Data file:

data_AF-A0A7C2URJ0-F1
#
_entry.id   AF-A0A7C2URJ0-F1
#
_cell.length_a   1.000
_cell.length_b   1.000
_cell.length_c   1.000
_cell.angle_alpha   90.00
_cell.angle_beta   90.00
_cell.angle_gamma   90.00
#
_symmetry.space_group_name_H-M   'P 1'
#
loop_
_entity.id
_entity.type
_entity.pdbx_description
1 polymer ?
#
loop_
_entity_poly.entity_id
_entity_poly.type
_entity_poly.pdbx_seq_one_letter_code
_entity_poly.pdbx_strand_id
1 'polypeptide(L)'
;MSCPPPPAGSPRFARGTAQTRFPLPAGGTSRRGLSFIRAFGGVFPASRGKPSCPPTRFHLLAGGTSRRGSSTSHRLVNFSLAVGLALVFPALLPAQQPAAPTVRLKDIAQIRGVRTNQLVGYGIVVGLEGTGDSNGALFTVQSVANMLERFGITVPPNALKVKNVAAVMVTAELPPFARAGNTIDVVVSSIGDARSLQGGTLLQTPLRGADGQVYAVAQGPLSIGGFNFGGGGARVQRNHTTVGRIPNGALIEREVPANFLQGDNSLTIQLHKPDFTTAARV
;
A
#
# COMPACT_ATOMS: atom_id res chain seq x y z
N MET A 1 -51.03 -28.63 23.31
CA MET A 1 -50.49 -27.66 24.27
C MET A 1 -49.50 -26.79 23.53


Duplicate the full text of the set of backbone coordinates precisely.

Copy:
data_AF-A0A7C2URJ0-F1
#
_entry.id   AF-A0A7C2URJ0-F1
#
_cell.length_a   1.000
_cell.length_b   1.000
_cell.length_c   1.000
_cell.angle_alpha   90.00
_cell.angle_beta   90.00
_cell.angle_gamma   90.00
#
_symmetry.space_group_name_H-M   'P 1'
#
loop_
_entity.id
_entity.type
_entity.pdbx_description
1 polymer ?
#
loop_
_entity_poly.entity_id
_entity_poly.type
_entity_poly.pdbx_seq_one_letter_code
_entity_poly.pdbx_strand_id
1 'polypeptide(L)'
;MSCPPPPAGSPRFARGTAQTRFPLPAGGTSRRGLSFIRAFGGVFPASRGKPSCPPTRFHLLAGGTSRRGSSTSHRLVNFSLAVGLALVFPALLPAQQPAAPTVRLKDIAQIRGVRTNQLVGYGIVVGLEGTGDSNGALFTVQSVANMLERFGITVPPNALKVKNVAAVMVTAELPPFARAGNTIDVVVSSIGDARSLQGGTLLQTPLRGADGQVYAVAQGPLSIGGFNFGGGGARVQRNHTTVGRIPNGALIEREVPANFLQGDNSLTIQLHKPDFTTAARV
;
A
#
# COMPACT_ATOMS: atom_id res chain seq x y z
N MET A 1 -51.03 -28.63 23.31
CA MET A 1 -50.49 -27.66 24.27
C MET A 1 -49.50 -26.79 23.53